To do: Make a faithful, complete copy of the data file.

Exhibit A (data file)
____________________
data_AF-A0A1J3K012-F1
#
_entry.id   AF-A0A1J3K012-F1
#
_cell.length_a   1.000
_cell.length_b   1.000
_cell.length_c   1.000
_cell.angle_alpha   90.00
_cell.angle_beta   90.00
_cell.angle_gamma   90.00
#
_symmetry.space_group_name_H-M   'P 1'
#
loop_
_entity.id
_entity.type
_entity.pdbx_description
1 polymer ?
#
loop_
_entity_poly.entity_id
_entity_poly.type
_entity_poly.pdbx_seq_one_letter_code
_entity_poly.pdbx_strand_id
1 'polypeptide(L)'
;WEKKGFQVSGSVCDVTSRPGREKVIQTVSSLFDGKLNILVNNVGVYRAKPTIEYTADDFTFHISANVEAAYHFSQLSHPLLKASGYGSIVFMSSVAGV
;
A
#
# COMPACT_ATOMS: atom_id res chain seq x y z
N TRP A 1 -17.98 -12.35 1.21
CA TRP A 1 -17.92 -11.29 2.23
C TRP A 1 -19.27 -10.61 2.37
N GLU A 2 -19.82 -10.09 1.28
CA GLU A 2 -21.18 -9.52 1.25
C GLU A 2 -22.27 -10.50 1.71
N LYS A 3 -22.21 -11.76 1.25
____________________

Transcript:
data_AF-A0A1J3K012-F1
#
_entry.id   AF-A0A1J3K012-F1
#
_cell.length_a   1.000
_cell.length_b   1.000
_cell.length_c   1.000
_cell.angle_alpha   90.00
_cell.angle_beta   90.00
_cell.angle_gamma   90.00
#
_symmetry.space_group_name_H-M   'P 1'
#
loop_
_entity.id
_entity.type
_entity.pdbx_description
1 polymer ?
#
loop_
_entity_poly.entity_id
_entity_poly.type
_entity_poly.pdbx_seq_one_letter_code
_entity_poly.pdbx_strand_id
1 'polypeptide(L)'
;WEKKGFQVSGSVCDVTSRPGREKVIQTVSSLFDGKLNILVNNVGVYRAKPTIEYTADDFTFHISANVEAAYHFSQLSHPLLKASGYGSIVFMSSVAGV
;
A
#
# COMPACT_ATOMS: atom_id res chain seq x y z
N TRP A 1 -17.98 -12.35 1.21
CA TRP A 1 -17.92 -11.29 2.23
C TRP A 1 -19.27 -10.61 2.37
N GLU A 2 -19.82 -10.09 1.28
CA GLU A 2 -21.18 -9.52 1.25
C GLU A 2 -22.27 -10.50 1.71
N LYS A 3 -22.21 -11.76 1.25